By DESMOND BUTLER, Associated Press
WASHINGTON (AP) — The National Academy of Sciences is casting more doubt on whether the Obama administration's European-based missile defense shield can protect the United States and recommends scrapping key parts of the system.
The academy's assessment could complicate White House efforts to persuade Congress to fund the still-developing program. Though the academy says the plans would protect Europe effectively, some lawmakers already are asking why the U.S., at a time of tight budgets, should spend billions of dollars on a system that provides limited homeland defense.
The conclusions from the academy, which advises the government on science and technology, are contained in a letter to lawmakers obtained by The Associated Press.
The academy's letter bolsters two earlier reports by Defense Department advisers and congressional investigators that said the European system faced significant delays, cost overruns and technology problems.
The letter is dated April 30 and addressed to the chairman of the House Armed Services strategic forces subcommittee, Rep. Michael Turner, R-Ohio, and the panel's top Democrat, California Rep. Loretta Sanchez. It is based on unclassified parts of a broad academy report on U.S. missile defense capabilities not yet released.
Rick Lehner, a spokesman for the Missile Defense Agency, said he was unaware of the academy's report and declined to comment.
Republicans, who have been questioning President Barack Obama's national security credentials ahead of the November elections, are likely to seize on the letter to bolster their argument that the European plans were poorly thought through and designed to appease Russia.
The defense shield is one of Obama's top military programs. Soon after he took office in 2009, he revamped a Bush administration missile defense plan that had been a chief source of tension with Russia. The Russian government believed the program is aimed at its missiles, while the U.S. said the system was designed to counter any Iranian missile threat.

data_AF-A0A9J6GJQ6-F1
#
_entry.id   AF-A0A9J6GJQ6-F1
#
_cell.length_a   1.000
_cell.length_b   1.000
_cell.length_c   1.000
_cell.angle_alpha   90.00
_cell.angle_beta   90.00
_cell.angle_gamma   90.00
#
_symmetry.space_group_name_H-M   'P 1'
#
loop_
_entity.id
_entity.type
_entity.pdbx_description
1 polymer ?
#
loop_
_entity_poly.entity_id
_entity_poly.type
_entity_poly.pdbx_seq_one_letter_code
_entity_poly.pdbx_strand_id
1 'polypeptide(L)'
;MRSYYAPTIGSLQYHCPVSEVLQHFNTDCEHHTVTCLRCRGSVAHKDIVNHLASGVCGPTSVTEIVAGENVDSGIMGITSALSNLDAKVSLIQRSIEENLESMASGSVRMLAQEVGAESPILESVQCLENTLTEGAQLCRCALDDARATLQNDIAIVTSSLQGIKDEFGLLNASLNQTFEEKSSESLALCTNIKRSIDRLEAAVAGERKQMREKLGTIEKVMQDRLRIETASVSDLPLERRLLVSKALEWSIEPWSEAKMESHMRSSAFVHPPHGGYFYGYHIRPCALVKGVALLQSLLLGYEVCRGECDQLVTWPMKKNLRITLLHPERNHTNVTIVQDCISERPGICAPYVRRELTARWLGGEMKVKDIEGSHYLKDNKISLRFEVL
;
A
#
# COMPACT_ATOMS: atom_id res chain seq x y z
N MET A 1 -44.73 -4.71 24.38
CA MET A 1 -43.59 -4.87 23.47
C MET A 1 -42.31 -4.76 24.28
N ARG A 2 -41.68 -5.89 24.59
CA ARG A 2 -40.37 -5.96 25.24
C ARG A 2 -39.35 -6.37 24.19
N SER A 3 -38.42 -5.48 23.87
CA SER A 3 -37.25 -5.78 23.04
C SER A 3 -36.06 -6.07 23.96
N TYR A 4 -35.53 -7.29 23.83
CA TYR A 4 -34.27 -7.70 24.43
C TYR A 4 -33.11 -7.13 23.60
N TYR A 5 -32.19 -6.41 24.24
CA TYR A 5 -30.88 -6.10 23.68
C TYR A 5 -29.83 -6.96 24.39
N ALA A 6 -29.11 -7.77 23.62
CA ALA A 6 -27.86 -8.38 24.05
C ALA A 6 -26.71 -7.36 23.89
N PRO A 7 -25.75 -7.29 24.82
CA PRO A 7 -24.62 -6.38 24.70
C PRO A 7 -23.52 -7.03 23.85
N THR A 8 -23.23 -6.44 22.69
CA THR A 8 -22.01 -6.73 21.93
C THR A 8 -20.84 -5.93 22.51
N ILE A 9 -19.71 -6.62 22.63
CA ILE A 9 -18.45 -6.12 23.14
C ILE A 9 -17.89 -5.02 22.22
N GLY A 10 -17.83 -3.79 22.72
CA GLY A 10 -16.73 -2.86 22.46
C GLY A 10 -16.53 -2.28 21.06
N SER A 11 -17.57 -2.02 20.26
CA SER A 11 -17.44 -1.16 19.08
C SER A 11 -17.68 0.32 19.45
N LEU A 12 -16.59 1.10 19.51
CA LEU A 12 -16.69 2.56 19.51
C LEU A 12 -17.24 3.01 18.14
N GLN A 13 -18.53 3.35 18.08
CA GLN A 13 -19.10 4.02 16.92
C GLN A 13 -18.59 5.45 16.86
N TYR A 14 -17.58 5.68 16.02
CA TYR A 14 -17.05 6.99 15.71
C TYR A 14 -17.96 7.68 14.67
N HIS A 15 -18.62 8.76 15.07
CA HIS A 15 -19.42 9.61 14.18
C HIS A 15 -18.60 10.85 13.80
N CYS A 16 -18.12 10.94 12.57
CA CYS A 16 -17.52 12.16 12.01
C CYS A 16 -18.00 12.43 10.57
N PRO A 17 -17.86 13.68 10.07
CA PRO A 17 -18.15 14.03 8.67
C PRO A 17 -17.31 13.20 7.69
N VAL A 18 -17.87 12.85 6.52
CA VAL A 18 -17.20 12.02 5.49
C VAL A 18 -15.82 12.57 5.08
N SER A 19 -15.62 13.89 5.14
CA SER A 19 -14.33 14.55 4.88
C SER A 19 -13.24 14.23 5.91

While Russia initially welcomed the Obama administration's changes, it since has ramped up its criticism. On Thursday, Russia's top military officer went so far as to threaten pre-emptive military action on missile defense facilities in Eastern Europe if the U.S. goes ahead with its plans.
Obama's plan calls for slower interceptors than the earlier plan that could address Iran's medium-range missiles. The interceptors would be upgraded gradually over four phases, culminating in 2020 with newer versions, still in development, that the administration says will protect Europe and the United States. The early phases call for using Aegis radars on ships and a more powerful radar based in Turkey. Later phases call for moving Aegis radars to Romania and Poland.
The academy says the proposed system could effectively defend Europe and U.S. troops based there against short- and medium-range missiles from Iran if the system uses an interceptor that is fast enough. But it dismisses the administration's claims that the system eventually will offer protection to the United States as well. It says the system is "at best less than optimal for homeland defense."
It recommends eliminating the last phase of the Obama plan because it says the interceptors planned for that phase will not be fast enough to take down intercontinental missiles launched from Iran. It says the Bush administration plan would have faced the same problem.
It also recommends abandoning a satellite tracking system now in development that the administration has argued could solve weaknesses in the system's radars. A report by the Defense Science Board, a Pentagon advisory group, argued that the radars planned for the shield were too weak to track missiles effectively. The administration has denied that and said its satellite system would bolster the missile shield's capabilities.
But in blunt language, the academy rejects that claim, saying the satellites would be too far away from the threat to provide useful data. It also says the system would cost up to three times the administration's estimates.
According to a congressional aide who has seen the academy's study, it estimates the satellite system would cost $27.7 billion. The aide spoke on condition of anonymity because he was not authorized to comment publicly.